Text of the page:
A Drummer's Testament
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Currency Note

        From the time the Ghanaian cedi was introduced in 1965, the value of the cedi has fluctuated wildly.  The volatility of the cedi has been on a scale that is only rarely seen in currency markets:  during a forty year period the cedi's value against the US dollar ranged from one to more than ten thousand.  This project's field research in Ghana spanned the years 1970 through 1991, and any reference to the costs of goods and services will make very little sense without annotation.  Even with annotation, calculations of actual value are difficult because of the currency's volatility.  In most instances where money is mentioned in the text, it is advised that readers merely interpret the significance or insignificance of the cited values from the context of Alhaji Ibrahim's discussion.  This introductory note is offered for those readers who have the interest or a reason to calculate actual costs.

        The ambiguity of prices is compounded by references to currencies and costs during the periods preceding independence, but the main amiguity relates to the volatility of the Ghanaian cedi.  Throughout the field research, Ghana suffered from a shortage of foreign exchange and an overvalued currency that was not accepted outside of Ghana.  The government managed all foreign currency transactions and controlled all legitimate access to foreign currency, and a black market in currency developed to compensate for the government currency controls.  The devaluation of the cedi proceeded slowly in official trading, radically in black market trading.  Eventually, at the end of the 1980s, the currency was allowed to float.  Until then, for people using hard currency converted at the black market rate, prices and inflation were somewhat consistent with the world market, but because the government did not devalue the cedi, the actual value of the cedi, and by extension the actual cost of goods in hard currency, could only be known via the black market rate.

        With regard to the high levels of both inflation and overvaluation, therefore, it is advisable to think about the cost of goods and services in hard currency terms such as dollars, and some of the annotations in the text will indicate the dollar equivalent of a cited value.  Of course, the dollar itself has been subject to inflation.  The following inflation factors indicate the turn-of-the-millenium value of one dollar relative to the time period of this book:  5 in 1968, 4.5 in 1970, 3.6 in 1974, 3 in 1977, 2.5 in 1979, to 1.50 in 1988.  Cumulative inflation has been about forty percent over the first decade and a half of the twenty-first century.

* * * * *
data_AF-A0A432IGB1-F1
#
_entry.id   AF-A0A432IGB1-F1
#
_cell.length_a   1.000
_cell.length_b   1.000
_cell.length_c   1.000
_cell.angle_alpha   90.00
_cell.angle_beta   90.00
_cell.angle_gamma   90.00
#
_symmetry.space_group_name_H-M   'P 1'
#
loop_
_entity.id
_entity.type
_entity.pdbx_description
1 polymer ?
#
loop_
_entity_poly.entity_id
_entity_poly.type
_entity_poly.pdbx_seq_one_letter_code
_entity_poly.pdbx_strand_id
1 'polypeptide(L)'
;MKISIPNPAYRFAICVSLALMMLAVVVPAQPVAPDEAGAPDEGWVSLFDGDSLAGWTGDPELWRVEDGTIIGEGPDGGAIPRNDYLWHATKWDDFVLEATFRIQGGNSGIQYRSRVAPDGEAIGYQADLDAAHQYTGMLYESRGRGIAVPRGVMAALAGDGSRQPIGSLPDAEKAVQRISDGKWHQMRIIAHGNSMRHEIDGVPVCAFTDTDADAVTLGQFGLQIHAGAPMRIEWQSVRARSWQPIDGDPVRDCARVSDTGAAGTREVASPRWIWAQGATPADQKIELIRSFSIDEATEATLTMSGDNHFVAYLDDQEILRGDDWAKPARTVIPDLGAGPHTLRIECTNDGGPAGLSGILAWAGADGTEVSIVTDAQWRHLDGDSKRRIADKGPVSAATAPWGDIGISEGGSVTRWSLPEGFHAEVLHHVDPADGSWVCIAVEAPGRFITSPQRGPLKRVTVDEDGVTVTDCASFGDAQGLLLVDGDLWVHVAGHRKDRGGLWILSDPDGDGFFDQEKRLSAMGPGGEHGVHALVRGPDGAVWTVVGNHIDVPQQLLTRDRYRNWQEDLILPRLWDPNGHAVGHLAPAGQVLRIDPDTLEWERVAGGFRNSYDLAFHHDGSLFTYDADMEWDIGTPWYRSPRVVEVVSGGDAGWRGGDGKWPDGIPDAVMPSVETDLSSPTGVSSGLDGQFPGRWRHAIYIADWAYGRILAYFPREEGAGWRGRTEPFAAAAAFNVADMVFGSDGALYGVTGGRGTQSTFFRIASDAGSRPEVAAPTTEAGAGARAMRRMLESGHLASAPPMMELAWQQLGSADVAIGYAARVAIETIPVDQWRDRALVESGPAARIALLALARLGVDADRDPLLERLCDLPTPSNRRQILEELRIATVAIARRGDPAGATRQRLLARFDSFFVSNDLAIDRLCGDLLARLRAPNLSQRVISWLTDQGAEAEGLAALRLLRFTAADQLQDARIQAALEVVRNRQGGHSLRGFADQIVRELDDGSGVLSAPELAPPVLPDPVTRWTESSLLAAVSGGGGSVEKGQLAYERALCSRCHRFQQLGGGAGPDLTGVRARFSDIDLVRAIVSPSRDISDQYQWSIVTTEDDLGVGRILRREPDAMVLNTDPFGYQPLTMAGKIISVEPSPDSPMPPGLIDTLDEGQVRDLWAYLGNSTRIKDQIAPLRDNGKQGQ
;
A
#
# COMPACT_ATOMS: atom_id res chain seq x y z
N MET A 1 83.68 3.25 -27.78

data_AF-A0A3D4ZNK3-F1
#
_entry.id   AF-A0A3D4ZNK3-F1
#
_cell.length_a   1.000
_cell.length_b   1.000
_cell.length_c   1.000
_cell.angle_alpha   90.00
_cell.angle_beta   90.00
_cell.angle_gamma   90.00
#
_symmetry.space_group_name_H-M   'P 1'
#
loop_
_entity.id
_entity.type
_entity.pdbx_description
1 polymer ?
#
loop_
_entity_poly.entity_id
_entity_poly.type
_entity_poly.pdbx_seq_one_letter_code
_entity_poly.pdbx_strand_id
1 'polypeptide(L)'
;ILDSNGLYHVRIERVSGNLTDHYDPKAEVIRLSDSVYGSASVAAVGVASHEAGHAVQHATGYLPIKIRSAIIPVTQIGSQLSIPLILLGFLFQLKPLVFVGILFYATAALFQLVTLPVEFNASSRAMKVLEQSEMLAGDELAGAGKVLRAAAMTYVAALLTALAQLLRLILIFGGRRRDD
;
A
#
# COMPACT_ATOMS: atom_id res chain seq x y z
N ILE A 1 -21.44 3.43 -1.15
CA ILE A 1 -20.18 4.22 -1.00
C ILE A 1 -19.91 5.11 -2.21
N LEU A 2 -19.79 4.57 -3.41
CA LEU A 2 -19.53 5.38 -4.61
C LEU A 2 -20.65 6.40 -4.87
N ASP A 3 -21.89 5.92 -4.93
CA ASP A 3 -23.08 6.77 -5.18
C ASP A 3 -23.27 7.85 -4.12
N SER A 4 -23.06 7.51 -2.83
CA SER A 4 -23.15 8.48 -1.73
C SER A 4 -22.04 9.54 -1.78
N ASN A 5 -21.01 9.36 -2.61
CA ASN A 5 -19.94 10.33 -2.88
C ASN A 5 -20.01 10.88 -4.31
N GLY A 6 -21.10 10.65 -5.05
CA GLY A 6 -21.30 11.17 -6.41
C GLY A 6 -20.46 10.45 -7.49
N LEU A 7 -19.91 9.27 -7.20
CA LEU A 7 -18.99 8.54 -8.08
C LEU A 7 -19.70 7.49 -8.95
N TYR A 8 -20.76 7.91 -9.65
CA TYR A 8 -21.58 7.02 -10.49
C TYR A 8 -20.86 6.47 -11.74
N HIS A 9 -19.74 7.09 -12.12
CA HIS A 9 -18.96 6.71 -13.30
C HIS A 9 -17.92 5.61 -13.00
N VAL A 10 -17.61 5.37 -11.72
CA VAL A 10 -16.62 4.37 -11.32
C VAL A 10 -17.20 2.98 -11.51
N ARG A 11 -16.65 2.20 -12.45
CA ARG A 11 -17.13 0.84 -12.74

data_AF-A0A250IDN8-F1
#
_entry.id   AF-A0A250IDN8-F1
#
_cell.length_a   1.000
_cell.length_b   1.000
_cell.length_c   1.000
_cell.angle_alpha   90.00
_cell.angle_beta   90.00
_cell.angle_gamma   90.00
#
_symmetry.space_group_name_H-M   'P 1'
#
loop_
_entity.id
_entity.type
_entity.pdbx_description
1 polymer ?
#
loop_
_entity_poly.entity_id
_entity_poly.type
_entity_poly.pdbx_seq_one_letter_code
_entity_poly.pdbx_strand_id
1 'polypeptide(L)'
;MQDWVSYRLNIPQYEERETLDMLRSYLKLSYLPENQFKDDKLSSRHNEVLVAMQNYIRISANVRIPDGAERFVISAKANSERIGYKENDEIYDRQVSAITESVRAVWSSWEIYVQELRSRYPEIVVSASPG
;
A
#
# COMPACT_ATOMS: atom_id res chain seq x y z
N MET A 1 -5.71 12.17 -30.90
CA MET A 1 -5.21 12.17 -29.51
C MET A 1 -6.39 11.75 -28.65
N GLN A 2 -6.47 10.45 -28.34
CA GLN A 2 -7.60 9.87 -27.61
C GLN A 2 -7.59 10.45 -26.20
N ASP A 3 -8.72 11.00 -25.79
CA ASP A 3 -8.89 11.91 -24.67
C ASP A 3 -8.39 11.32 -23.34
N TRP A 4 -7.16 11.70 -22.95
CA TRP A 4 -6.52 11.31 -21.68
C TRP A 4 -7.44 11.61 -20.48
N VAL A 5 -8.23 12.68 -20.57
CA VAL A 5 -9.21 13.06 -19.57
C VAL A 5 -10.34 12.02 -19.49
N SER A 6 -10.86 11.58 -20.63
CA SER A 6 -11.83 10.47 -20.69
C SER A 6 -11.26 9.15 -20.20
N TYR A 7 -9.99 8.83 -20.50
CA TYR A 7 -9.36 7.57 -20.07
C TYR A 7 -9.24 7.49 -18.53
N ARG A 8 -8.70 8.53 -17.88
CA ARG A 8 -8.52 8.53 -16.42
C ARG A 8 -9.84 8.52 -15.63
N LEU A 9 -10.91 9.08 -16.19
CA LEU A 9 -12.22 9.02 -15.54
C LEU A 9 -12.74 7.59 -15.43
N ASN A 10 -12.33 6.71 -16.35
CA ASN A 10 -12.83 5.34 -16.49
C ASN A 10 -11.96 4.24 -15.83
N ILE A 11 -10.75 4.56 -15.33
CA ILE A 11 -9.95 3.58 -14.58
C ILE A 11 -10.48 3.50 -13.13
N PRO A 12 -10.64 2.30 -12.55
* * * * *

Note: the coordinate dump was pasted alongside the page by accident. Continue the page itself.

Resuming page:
For a rough calculation of cedi values, one can divide the black-market value of a dollar in cedis into the inflation factor, an easily available figure.  For example, in 1974, a dollar bought 1.80 cedis, and a 1974 dollar is worth about $3.60 in 2001, so a 1974 cedi was worth about two 2001 dollars.  By 1977, in 2001 terms, a cedi was worth less than seventy-five cents; by 1979, in 2001 terms, a cedi was worth about twenty cents. 

       Although originally pegged to the dollar, by 1971 the cedi was trading on the black market at 1.50 to the dollar.  Major problems developed during the regime of I.K. Acheampong.  In 1974 a dollar bought 1.80 cedis; in 1976, 2.80 cedis; in 1977, when much of the research took place, a dollar bought 4.00 to 4.50 cedis; in 1978, 7-10 cedis; in 1979, while the research continued, the figure was 12-14 cedis.  By 1981, a dollar bought 38-40 cedis; in 1982, 75 cedis; in 1983, 130 cedis; by 1988, the number had risen to 200 to 300.  The devaluation accelerated:   in 1996, a dollar bought 1600 cedis; in 2000, a dollar bought more than 5000 cedis; in early 2001, a dollar was about 7500 cedis; by the middle of the decade, the dollar was nearly 10,000 cedis.

        In 2007, a new version of cedi was introduced that was valued at a rate of 10,000 of the previous cedi demonination.  Gradually, this new cedi rose to roughly 1.50 to the dollar, and then to two to the dollar, to three, to four, and up.  Some people still think about cedis in former terms, which would be around 15,000 to 20,000 of the cedis discussed in chapters posted in the early 2010s.  To someone with knowledge of the turn-of-the-century cedi, the prices Alhaji Ibrahim gives will seem absurdly low, with things thirty years ago appearing to cost thousands of times less than current prices.

        The following currency exchange values can be applied to 1977 and 1978.  1977:  US $1=1.55 Ghanaian cedis official rate, 4-5 cedis floating black market rate.  1978:  US $1=2.75 cedis, official rate, approximately 7-10 cedis floating black market rate. 

        Regarding other currencies discussed in the mid-1970s, US $1 was approximately 3 Saudi riyals, and US $1 was approximately 200 CFA (French West African Francs).  Also of note, under currency control regulations, during 1977 and 1978, Ghanaian currency exportation was limited to 20 cedis per person per trip.

        In addition, it is worth noting that the cedi was introduced in Ghana in 1965, replacing and phasing out the Ghanaian pound that had itself replaced British West African currency in 1958.  The first (or Nkrumah) cedis were originally valued at eight shillings and fourpence.  For ease of calculation, the New Cedi was introduced in 1967, valued at ten shillings, with two New Cedis being a pound.  One New Cedi was one hundred pesewas, or ten pesewas to a shilling.  Even into the 1970s, however, many people continued to think in terms of shillings and pounds.